by Anand Ramachandran, with a nod to Samar Bagchi and Partha Ghosh
It was a concert like no other –a huge crowd at Kolkata's renowned Salt Lake stadium thoroughly enjoyed the first ever live 'Science Experiments Concert', where assorted scientists, professors, lab assistants and students performed a series of dull experiments, recorded their observations, and collected lab fees.
The show, titled 'Aim, Apparatus, Procedure', was the first in a planned series of concerts where performers from subjects such as Applied Physics, Chemistry, Pure Math, Microbiology, Agriculture, Meteorology and Geology will enthrall nationwide audiences by carefully observing controlled environments, gathering empirical evidence to prove random theories,and cooking-up fake data to compensate for faulty apparatus.
A scientist, in front of wildly cheering fans, performs a simple chemistry experiment, and writes down his observations.
The concert began with a performance by Dr.M.S.Swaminathan, who got the crowd on their feet when he peered through a microscope and scribbled furiously into a notebook. He followed up by figuring out a couple of formulations for increasing the potency of potash-based fertilisers, before ending his act with a complex experiment that involved the use of some beakers with coloured liquids, a round-bottomed flask, and numerous large files.
Dr.Sheela Shankar followed up with a scintillating display of mental math as she wrestled with the daunting task of finding the next mersenne prime number, to chants of 'Mn = 2n − 1, Mn = 2n − 1' from a vociferous audience . She also treated the crowd to an impromptu lecture that proved beyond
doubt that eating large quantities of lady's finger (okra to friends)would dramatically improve mathematical ability in humans.
The highlight of the evening was when Prof. B.K.Shinde, after delighting the cheering crowd with the popular 'Pile of Plates' experiment combined with a hi-tech laser show, performed a thrilling stage dive to demonstrate the effects of gravity.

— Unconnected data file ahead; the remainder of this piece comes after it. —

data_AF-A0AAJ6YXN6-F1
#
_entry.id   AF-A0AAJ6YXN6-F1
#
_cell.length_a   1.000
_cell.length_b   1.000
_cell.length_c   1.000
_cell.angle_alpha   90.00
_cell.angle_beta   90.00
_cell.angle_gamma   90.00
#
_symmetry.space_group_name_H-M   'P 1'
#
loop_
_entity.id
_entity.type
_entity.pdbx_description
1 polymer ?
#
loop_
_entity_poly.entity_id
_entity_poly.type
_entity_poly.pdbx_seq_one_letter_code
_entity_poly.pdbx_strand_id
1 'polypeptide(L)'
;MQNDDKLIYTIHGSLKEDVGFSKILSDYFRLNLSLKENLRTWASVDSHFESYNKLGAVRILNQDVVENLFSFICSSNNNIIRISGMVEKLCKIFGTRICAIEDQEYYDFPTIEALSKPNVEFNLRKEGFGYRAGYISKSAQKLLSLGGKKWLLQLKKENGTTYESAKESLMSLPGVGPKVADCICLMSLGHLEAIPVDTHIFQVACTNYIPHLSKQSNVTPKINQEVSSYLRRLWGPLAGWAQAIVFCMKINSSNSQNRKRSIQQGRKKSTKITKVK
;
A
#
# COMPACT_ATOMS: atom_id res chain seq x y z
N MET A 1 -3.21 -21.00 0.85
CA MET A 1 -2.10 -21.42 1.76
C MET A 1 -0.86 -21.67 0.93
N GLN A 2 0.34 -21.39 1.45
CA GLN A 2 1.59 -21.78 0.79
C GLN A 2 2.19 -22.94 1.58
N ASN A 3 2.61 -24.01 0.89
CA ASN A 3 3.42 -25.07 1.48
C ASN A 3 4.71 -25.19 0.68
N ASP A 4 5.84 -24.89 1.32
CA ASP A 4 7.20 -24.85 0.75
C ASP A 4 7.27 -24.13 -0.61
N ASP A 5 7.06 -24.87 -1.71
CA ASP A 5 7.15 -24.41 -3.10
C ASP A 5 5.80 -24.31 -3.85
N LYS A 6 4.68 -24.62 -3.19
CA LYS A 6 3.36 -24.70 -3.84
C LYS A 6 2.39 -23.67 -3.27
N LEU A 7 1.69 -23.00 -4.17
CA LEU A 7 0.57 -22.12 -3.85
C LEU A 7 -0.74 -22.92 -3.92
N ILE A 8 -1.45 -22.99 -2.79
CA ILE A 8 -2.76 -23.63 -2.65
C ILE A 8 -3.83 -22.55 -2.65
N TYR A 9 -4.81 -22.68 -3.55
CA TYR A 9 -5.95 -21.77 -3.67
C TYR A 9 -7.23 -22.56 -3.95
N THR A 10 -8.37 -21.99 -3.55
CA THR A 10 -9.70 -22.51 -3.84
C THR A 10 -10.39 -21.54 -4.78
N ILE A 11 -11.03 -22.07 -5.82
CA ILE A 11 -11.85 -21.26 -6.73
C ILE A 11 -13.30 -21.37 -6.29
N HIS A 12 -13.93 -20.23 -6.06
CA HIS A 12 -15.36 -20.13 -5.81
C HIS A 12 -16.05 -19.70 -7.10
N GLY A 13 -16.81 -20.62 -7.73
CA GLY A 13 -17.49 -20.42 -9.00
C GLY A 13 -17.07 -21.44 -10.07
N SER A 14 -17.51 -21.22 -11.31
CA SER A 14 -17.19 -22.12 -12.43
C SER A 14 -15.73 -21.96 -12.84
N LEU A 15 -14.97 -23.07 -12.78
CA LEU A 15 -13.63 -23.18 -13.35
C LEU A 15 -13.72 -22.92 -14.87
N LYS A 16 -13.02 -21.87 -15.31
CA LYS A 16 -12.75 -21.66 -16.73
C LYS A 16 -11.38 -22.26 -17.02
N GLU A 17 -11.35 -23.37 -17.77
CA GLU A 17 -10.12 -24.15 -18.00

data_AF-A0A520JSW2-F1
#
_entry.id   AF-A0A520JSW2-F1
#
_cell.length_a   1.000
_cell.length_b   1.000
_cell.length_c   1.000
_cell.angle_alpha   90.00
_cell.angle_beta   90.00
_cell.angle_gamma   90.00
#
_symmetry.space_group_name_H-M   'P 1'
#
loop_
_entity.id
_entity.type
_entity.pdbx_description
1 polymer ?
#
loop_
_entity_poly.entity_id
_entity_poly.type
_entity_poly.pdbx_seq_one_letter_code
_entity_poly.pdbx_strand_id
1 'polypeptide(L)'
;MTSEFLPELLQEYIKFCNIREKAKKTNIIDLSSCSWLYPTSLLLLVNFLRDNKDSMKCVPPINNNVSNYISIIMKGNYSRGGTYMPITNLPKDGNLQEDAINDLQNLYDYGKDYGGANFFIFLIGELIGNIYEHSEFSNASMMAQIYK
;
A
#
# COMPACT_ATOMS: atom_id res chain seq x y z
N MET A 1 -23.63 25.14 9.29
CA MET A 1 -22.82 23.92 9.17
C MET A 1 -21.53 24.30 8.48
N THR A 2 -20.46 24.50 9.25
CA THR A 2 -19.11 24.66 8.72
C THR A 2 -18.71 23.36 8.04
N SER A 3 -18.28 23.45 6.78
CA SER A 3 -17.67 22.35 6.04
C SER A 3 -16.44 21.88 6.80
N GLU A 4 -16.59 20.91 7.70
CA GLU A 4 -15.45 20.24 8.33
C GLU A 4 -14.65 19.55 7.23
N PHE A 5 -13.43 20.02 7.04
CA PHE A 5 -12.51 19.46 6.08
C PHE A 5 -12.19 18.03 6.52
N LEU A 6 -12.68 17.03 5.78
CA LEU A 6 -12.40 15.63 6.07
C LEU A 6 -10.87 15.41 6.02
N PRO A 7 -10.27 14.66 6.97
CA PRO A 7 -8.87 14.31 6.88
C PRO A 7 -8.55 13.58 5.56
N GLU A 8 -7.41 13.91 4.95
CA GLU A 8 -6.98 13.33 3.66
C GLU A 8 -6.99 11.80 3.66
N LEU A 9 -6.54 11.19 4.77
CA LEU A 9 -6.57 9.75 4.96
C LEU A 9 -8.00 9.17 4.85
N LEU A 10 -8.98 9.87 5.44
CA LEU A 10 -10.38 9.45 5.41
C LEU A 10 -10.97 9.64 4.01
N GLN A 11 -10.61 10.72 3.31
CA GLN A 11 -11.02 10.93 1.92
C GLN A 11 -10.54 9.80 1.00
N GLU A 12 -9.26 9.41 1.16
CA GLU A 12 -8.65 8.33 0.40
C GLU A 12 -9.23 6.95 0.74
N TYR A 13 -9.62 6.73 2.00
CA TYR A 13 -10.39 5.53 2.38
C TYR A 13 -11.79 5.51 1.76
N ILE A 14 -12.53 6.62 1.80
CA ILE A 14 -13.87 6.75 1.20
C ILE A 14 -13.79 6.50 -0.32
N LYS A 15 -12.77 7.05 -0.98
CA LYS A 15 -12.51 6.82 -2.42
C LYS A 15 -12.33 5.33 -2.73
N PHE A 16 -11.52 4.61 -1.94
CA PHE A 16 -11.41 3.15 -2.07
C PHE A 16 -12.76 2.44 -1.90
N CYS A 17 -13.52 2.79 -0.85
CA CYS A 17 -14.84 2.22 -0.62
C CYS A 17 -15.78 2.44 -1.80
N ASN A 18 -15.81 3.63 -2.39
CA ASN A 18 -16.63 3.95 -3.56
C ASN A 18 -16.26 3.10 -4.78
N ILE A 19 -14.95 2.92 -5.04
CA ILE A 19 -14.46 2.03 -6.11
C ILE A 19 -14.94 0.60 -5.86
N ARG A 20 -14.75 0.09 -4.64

Members of the enthusiastic crowd raise their hands for a chance to give the answer to a challenging maths conundrum that would have stumped Salman Khan. (not in picture).
“I've always maintained that our scientists and academicians offer tremendous entertainment value. Here's proof.”, said scientist-president Dr.A.P.J.Abdul Kalam. He also expressed the hope that the organisers would next time take special efforts to involve thousands of disinterested schoolchildren in the event - so that security and logistics could pose more of a nightmare.
“This is great – science is being finally being recognised as a performing art.”, said A.V.Balasubramanian, a keen advocate of science since his school days. “Of course, it is”, he countered when faced with scepticism from others at the gathering. “ You perform experiments. You perform tests. Even in science exams, performance is what really counts, isn't it?”, he asked, winning the argument with practiced ease.
This has given fresh impetus to the age-old debate of “Science - Art or Science?”, throwing up a whole new set of arguments.
“If science is an art, then Kenny G's music is jazz!” said Jai Shankar Iyer, sworn man of science and jazz, but not necessarily in that order.
“Heavy metal. Hard rock. Lots of chemicals. Performers with weird hairstyles. This is just like any regular concert! ”, said Bipin Das, wearing a T-shirt that said 'PLUTONIUM. THORIUM. BISMUTH' in large, blood-soaked letters.
“This is against our culture! We are against all western concepts like sex, drugs, art, and science! ” screamed a Shiv Sena member, making a quick exit before anyone could ask him for further explanations.
However, most of the feedback the event has generated has been very positive.
“I think it's a good way to get young people interested in Science” said noted science lover Abitha Anand, taking time off from her meeting with wildlife photographer S.U.Saravanakumar. “It's certainly more entertaining than 'Quest'. What a blade THAT was!”, agreed Saravanakumar, himself a qualified biologist, while admitting that he always supported the “Bose Team” against the “Einstein Team”.
“This science stuff is really cooooool! I wonder why I've never heard of it's before!”, cooed an excited Priyanka Chopra. When asked why she liked science, she replied “ Because . . y'know, it's like, so cooool! Y'know – it's. . .um . . very . . well, it's cooool!”, and giggled as if she had said something funny, let alone coherent.
Organisers are also relieved that the event passed off peacefully – without any disturbances involving shocked professors, angry cops or Rakhi Sawant.
The success of 'Aim, Apparatus,Procedure' has, as usual, spawned of a number of similar entertainment ideas, including live telecasts of company audits, ramp walks featuring IAS officers, and a reality show based on the daily life of vice-president Bhairon Singh Shekhawat.